Third Sunday: Veneration of the Cross
Before us is the Cross. This is the Cross of Christ. But on Golgotha there were two more crosses: Christ in the middle and on either side of Him were crucified two thieves. Christ on the Cross performed the sacrifice of redemption for the whole world. But what brought those crucified with Him to these crosses? Their crimes—after all, they were thieves.
What made them thieves? There was a time when they were innocent children and maybe even played together. This was the bright time of childhood. And later, they felt, as each of us does, two opposing forces influencing them: a good one and a bad one. And their will had to yield to either one or the other side. In the beginning they wavered, but later on, because the evil appeared more alluring, they began more and more often to consent to the evil. At first, conscience reproached them, but later it became hardened and stopped tormenting them. And then, without a backward glance, they completely took the side of evil. First, in the realm of will and feelings, and later they fell into open crimes which brought them to these crosses, to death sentences. And here they were both dying. Not only their hours, but even their minutes were numbered. And between them the Lord was dying on His Cross. One of the hanging criminals reviled Him. But the other, on the contrary, silenced the abusive one and said to Jesus, Lord, remember me when Thou comest into Thy kingdom. And Jesus said unto him, Verily I say unto thee, Today shalt thou be with Me in paradise (Lk. 23:42-43).
Christ died first and then the two thieves. On the face of the one who reviled the Lord was imprinted the grimace of blasphemy, and only the laugh of Mephistopheles rent the air above his cross. This laughter was terrible and triumphant. Yes, this was the final victory of the power of evil over this soul. But above the cross of the repentant thief was a triumphant peace and a kind of joyous radiance. And at this time, his soul, bright and pure, washed by sufferings and repentance, entered Paradise. With joy and wonder the orders of angels looked on this first soul entering Paradise, this soul of the first saint of the New Testament—the soul of a thief, washed with the Blood of Christ.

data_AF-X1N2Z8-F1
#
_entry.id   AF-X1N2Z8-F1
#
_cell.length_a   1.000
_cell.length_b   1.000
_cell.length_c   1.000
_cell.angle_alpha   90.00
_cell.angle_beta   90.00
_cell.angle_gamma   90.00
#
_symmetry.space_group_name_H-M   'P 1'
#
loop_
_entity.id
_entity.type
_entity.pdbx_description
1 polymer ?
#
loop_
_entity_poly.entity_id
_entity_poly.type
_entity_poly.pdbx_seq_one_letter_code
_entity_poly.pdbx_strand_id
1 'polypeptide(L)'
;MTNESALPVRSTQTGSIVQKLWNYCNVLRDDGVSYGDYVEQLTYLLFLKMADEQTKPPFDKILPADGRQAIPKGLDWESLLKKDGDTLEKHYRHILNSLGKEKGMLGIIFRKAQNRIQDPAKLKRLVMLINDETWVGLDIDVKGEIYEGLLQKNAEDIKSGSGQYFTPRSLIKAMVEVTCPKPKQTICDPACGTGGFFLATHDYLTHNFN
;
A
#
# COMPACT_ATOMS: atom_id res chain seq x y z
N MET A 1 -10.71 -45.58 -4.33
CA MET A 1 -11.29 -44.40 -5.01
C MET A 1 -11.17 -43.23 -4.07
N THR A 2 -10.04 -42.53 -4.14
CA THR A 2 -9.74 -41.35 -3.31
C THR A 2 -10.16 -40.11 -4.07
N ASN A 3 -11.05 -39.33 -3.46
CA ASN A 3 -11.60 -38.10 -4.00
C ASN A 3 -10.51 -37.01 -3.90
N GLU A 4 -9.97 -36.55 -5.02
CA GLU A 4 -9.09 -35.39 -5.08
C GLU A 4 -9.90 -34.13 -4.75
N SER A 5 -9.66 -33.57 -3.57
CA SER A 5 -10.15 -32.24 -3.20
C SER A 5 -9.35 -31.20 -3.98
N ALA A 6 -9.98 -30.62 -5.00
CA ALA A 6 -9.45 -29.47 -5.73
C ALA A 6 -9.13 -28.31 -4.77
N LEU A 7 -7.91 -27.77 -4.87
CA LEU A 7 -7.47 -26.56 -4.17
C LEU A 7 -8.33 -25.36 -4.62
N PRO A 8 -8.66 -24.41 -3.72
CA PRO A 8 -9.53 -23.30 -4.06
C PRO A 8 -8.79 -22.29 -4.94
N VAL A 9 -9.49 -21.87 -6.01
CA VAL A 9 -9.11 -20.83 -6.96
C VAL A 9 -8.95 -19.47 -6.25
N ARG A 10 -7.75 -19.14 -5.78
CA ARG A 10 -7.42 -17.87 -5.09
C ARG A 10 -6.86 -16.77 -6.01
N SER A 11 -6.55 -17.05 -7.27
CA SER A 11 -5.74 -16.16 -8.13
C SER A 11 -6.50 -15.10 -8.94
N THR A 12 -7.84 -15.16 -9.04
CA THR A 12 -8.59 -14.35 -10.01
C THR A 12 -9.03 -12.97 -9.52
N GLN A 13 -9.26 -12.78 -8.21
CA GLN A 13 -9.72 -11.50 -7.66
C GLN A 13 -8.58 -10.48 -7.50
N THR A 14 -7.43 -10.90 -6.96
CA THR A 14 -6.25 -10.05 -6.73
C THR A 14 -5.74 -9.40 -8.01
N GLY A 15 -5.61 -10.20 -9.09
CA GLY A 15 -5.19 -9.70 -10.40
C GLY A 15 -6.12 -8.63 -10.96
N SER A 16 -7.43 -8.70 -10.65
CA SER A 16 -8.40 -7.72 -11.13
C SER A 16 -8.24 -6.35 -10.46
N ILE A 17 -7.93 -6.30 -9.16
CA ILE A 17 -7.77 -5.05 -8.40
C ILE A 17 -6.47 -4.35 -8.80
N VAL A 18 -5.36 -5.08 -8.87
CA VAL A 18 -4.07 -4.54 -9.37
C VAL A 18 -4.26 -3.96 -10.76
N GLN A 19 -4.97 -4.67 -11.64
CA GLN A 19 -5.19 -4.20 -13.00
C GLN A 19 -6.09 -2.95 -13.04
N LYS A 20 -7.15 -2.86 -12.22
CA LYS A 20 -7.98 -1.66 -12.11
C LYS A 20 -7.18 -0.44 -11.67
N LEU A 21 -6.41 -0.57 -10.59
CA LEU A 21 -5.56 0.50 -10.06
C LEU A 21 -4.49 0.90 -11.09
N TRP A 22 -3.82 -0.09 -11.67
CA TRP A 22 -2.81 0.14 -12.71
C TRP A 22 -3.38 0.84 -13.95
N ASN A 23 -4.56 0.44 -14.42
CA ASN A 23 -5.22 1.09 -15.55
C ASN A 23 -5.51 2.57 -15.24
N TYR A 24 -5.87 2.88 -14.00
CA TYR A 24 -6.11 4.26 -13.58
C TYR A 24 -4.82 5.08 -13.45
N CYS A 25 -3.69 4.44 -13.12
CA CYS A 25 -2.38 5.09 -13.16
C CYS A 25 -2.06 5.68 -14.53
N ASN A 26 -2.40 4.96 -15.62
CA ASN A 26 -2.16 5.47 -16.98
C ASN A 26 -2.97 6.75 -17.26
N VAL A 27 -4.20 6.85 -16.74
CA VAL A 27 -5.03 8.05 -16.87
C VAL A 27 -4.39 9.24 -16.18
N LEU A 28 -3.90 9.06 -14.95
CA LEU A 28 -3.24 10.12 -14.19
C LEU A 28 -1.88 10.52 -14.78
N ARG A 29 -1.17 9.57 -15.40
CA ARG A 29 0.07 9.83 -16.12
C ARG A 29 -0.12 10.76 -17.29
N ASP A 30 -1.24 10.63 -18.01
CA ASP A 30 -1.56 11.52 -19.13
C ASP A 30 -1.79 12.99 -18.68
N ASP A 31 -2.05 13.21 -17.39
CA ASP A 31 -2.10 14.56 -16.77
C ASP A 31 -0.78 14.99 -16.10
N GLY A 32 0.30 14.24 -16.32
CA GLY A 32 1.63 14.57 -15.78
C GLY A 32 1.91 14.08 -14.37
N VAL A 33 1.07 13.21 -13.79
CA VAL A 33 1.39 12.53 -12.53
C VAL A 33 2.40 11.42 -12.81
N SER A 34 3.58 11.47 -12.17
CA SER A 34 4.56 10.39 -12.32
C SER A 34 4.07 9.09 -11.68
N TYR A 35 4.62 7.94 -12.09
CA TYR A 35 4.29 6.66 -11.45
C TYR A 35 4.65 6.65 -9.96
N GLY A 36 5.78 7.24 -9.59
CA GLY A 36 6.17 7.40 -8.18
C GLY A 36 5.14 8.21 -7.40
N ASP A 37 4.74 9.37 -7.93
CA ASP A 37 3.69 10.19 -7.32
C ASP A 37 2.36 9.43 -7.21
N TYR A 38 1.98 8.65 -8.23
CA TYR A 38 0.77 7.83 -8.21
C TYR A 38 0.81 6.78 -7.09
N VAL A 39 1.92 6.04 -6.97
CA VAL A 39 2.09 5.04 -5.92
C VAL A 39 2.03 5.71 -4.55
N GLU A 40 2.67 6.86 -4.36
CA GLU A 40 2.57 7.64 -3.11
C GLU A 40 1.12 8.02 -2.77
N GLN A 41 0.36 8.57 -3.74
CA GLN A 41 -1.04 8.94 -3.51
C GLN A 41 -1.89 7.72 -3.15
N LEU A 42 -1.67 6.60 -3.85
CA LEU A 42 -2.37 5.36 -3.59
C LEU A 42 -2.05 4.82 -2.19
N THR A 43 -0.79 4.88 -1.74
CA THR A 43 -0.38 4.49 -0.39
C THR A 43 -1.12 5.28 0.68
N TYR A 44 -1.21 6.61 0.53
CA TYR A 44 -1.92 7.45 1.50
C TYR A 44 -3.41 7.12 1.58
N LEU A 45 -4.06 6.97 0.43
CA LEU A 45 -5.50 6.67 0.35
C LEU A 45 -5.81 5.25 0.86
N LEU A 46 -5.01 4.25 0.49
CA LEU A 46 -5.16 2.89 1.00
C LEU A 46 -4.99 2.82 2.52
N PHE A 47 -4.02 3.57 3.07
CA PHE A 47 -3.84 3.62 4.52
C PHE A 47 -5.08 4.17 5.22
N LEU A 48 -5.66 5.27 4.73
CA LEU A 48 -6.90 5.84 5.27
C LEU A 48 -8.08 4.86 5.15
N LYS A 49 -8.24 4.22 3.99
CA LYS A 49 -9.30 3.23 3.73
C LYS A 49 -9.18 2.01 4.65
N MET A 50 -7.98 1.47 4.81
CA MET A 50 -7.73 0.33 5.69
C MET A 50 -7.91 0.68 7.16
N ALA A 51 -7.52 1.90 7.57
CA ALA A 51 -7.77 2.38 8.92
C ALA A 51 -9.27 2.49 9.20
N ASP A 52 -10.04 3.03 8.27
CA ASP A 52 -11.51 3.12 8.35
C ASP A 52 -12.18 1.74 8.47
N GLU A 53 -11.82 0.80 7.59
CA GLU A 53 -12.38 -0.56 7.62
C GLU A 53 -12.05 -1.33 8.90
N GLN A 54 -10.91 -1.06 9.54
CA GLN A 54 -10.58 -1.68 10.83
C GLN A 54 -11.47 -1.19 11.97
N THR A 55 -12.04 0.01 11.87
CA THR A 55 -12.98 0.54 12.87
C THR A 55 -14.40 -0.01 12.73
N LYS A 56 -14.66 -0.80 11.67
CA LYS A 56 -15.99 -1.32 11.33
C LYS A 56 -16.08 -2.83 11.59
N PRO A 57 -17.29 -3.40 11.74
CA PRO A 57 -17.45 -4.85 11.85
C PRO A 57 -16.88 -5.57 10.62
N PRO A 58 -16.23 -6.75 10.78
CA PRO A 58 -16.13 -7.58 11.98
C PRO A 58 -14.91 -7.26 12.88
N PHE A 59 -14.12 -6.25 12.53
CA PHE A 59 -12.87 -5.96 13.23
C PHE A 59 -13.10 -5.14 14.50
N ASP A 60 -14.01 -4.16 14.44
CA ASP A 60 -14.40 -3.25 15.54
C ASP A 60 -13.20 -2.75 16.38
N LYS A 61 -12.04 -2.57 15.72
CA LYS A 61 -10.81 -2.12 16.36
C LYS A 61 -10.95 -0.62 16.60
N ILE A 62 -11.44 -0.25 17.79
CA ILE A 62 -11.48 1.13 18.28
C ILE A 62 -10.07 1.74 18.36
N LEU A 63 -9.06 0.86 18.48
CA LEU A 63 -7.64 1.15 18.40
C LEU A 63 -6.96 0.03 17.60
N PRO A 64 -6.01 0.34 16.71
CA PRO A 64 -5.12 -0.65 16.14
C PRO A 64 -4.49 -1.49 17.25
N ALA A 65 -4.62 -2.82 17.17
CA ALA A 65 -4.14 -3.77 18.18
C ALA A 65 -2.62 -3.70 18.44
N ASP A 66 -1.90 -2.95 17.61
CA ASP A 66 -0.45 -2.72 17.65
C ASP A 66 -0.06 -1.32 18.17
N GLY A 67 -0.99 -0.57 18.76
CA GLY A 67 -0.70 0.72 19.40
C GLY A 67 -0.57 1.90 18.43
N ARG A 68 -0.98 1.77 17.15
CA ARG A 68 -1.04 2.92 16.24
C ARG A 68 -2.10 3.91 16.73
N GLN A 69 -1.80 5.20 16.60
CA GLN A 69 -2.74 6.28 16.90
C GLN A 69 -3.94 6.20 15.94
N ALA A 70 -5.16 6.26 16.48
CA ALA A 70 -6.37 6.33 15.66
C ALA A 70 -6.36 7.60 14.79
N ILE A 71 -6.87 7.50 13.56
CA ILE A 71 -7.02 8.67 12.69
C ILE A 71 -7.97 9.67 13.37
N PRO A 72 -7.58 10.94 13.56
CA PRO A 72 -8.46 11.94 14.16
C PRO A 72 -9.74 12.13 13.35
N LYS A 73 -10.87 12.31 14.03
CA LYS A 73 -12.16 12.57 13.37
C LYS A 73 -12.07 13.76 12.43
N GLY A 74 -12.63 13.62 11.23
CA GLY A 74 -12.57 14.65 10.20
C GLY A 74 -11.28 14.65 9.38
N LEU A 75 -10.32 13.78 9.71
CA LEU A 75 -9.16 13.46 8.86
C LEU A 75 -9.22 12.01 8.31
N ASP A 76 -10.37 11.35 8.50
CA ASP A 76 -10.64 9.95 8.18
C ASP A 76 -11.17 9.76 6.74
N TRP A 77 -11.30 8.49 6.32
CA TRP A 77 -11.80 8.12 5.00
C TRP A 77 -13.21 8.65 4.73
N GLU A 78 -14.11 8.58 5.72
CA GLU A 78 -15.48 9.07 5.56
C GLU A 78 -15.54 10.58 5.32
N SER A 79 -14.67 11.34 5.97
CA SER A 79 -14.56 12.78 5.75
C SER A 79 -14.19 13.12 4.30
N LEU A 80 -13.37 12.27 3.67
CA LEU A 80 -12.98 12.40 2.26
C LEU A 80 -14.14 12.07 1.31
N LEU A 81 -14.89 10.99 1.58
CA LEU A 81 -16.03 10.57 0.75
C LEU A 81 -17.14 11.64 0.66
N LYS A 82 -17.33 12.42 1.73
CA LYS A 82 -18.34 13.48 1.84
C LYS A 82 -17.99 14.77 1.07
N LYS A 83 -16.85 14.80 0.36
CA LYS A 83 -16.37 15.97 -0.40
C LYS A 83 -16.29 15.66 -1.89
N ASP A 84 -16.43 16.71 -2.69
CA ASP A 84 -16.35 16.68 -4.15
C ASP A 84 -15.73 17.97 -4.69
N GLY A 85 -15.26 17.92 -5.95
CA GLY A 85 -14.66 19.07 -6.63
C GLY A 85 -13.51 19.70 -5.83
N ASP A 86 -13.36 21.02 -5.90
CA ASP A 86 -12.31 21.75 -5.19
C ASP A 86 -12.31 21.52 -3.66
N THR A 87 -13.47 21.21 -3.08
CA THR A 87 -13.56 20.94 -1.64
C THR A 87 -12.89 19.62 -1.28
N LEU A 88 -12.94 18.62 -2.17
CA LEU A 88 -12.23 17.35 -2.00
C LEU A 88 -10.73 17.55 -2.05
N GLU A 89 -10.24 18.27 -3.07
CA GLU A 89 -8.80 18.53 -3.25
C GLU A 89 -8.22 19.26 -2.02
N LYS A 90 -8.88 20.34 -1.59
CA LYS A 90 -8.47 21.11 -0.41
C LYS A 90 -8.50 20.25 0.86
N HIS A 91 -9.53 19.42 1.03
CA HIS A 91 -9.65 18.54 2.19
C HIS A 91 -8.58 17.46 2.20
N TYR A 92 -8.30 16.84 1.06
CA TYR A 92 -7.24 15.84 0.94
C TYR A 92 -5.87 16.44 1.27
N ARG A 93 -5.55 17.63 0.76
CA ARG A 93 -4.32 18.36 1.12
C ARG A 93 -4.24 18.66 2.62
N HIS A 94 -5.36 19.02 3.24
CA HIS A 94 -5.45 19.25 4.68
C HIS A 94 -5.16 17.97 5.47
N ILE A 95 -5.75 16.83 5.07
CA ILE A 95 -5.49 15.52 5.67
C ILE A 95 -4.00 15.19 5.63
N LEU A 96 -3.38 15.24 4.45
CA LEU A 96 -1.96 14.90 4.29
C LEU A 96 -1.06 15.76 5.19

Now we are gathered together here in church before the Cross of Christ. In the eyes of human judgment we are not law-breakers or criminals. But are we as well-off before the Judgment of God? No. All of us have broken and are breaking the commandments of God. And if this is so, it means we are law-breakers. If until now we have not committed visible crimes, this is only because the Grace of God and our Guardian Angels have not let us. But if we were left to ourselves, God alone and our conscience know what might happen to us. And what still may happen if God abandons us. Let us honestly examine our conscience; let us ask it, and it will answer that according to the Judgment of God, we are no better than the thief, and maybe even worse. His sufferings on the cross alone could redeem so much. And we, with what can we redeem ourselves? He was a wise thief, but we... we live carelessly and think that we are going to live on and on. But our years, months, weeks, and maybe days and even hours are numbered. And also, will we have in the last moment that repentance which he had? What if suddenly another state of mind arises, opposite to it? May the Lord keep us from this!
Right now, as we approach and kiss the Cross, let us say with the wise thief, "Lord, remember me in Thy kingdom!" We may not have another minute. So let us use this minute which the Lord gives us: "Thy Cross, O Lord, we venerate and Thy Holy Resurrection we glorify."
From The One Think Needful